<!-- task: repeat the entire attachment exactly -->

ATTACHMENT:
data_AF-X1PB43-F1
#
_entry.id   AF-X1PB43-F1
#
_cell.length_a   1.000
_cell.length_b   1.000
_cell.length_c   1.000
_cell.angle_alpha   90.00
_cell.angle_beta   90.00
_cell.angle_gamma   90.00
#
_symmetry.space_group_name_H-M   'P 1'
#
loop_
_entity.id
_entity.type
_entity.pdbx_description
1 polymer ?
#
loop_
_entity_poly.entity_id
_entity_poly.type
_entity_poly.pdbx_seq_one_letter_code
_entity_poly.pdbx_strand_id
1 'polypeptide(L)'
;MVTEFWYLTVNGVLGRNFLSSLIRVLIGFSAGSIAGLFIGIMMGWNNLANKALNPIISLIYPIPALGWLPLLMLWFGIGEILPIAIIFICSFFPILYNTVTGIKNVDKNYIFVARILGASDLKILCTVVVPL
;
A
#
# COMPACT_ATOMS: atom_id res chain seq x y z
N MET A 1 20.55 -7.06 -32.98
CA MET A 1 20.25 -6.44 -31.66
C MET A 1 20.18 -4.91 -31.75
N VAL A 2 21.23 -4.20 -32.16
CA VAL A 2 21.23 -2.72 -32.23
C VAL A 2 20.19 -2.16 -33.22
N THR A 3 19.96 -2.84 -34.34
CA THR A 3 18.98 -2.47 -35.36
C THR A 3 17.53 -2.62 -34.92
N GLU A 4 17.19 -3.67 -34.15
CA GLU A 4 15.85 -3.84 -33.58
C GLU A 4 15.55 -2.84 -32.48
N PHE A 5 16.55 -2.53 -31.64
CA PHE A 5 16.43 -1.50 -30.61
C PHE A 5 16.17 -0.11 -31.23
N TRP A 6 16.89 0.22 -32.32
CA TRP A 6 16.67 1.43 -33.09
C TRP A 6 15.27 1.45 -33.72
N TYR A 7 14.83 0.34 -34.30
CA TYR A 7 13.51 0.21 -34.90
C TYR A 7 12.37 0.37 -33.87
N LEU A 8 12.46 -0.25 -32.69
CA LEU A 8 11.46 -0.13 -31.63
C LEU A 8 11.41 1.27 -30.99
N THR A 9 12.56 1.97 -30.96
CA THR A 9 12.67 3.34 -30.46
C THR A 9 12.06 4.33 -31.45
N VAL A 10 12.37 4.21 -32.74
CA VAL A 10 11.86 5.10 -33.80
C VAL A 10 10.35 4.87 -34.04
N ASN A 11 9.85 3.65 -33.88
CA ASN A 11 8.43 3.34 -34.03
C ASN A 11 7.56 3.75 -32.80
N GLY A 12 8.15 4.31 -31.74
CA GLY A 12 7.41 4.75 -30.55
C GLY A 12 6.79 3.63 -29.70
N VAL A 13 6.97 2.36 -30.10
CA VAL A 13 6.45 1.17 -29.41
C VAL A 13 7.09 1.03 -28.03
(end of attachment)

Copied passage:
data_AF-X1PB43-F1
#
_entry.id   AF-X1PB43-F1
#
_cell.length_a   1.000
_cell.length_b   1.000
_cell.length_c   1.000
_cell.angle_alpha   90.00
_cell.angle_beta   90.00
_cell.angle_gamma   90.00
#
_symmetry.space_group_name_H-M   'P 1'
#
loop_
_entity.id
_entity.type
_entity.pdbx_description
1 polymer ?
#
loop_
_entity_poly.entity_id
_entity_poly.type
_entity_poly.pdbx_seq_one_letter_code
_entity_poly.pdbx_strand_id
1 'polypeptide(L)'
;MVTEFWYLTVNGVLGRNFLSSLIRVLIGFSAGSIAGLFIGIMMGWNNLANKALNPIISLIYPIPALGWLPLLMLWFGIGEILPIAIIFICSFFPILYNTVTGIKNVDKNYIFVARILGASDLKILCTVVVPL
;
A
#
# COMPACT_ATOMS: atom_id res chain seq x y z
N MET A 1 20.55 -7.06 -32.98
CA MET A 1 20.25 -6.44 -31.66
C MET A 1 20.18 -4.91 -31.75
N VAL A 2 21.23 -4.20 -32.16
CA VAL A 2 21.23 -2.72 -32.23
C VAL A 2 20.19 -2.16 -33.22
N THR A 3 19.96 -2.84 -34.34
CA THR A 3 18.98 -2.47 -35.36
C THR A 3 17.53 -2.62 -34.92
N GLU A 4 17.19 -3.67 -34.15
CA GLU A 4 15.85 -3.84 -33.58
C GLU A 4 15.55 -2.84 -32.48
N PHE A 5 16.55 -2.53 -31.64
CA PHE A 5 16.43 -1.50 -30.61
C PHE A 5 16.17 -0.11 -31.23
N TRP A 6 16.89 0.22 -32.32
CA TRP A 6 16.67 1.43 -33.09
C TRP A 6 15.27 1.45 -33.72
N TYR A 7 14.83 0.34 -34.30
CA TYR A 7 13.51 0.21 -34.90
C TYR A 7 12.37 0.37 -33.87
N LEU A 8 12.46 -0.25 -32.69
CA LEU A 8 11.46 -0.13 -31.63
C LEU A 8 11.41 1.27 -30.99
N THR A 9 12.56 1.97 -30.96
CA THR A 9 12.67 3.34 -30.46
C THR A 9 12.06 4.33 -31.45
N VAL A 10 12.37 4.21 -32.74
CA VAL A 10 11.86 5.10 -33.80
C VAL A 10 10.35 4.87 -34.04
N ASN A 11 9.85 3.65 -33.88
CA ASN A 11 8.43 3.34 -34.03
C ASN A 11 7.56 3.75 -32.80
N GLY A 12 8.15 4.31 -31.74
CA GLY A 12 7.41 4.75 -30.55
C GLY A 12 6.79 3.63 -29.70
N VAL A 13 6.97 2.36 -30.10
CA VAL A 13 6.45 1.17 -29.41
C VAL A 13 7.09 1.03 -28.03